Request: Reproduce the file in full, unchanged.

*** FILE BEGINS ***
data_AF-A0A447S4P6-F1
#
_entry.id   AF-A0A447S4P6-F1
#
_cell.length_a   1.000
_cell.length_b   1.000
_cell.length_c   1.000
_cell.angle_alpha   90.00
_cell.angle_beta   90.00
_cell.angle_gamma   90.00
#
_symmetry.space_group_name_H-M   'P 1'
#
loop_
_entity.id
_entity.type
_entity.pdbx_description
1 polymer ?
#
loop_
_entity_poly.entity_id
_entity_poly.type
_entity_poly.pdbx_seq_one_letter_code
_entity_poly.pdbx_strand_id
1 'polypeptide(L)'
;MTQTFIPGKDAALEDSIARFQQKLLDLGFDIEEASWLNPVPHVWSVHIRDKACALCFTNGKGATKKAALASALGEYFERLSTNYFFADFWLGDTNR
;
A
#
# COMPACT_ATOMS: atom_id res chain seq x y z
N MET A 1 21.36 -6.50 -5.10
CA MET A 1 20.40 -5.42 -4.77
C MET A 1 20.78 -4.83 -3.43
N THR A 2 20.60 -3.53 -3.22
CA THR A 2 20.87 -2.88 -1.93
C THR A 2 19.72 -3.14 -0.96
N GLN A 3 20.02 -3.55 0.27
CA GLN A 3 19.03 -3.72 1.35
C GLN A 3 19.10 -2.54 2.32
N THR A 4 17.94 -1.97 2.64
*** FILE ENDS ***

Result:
data_AF-A0A447S4P6-F1
#
_entry.id   AF-A0A447S4P6-F1
#
_cell.length_a   1.000
_cell.length_b   1.000
_cell.length_c   1.000
_cell.angle_alpha   90.00
_cell.angle_beta   90.00
_cell.angle_gamma   90.00
#
_symmetry.space_group_name_H-M   'P 1'
#
loop_
_entity.id
_entity.type
_entity.pdbx_description
1 polymer ?
#
loop_
_entity_poly.entity_id
_entity_poly.type
_entity_poly.pdbx_seq_one_letter_code
_entity_poly.pdbx_strand_id
1 'polypeptide(L)'
;MTQTFIPGKDAALEDSIARFQQKLLDLGFDIEEASWLNPVPHVWSVHIRDKACALCFTNGKGATKKAALASALGEYFERLSTNYFFADFWLGDTNR
;
A
#
# COMPACT_ATOMS: atom_id res chain seq x y z
N MET A 1 21.36 -6.50 -5.10
CA MET A 1 20.40 -5.42 -4.77
C MET A 1 20.78 -4.83 -3.43
N THR A 2 20.60 -3.53 -3.22
CA THR A 2 20.87 -2.88 -1.93
C THR A 2 19.72 -3.14 -0.96
N GLN A 3 20.02 -3.55 0.27
CA GLN A 3 19.03 -3.72 1.35
C GLN A 3 19.10 -2.54 2.32
N THR A 4 17.94 -1.97 2.64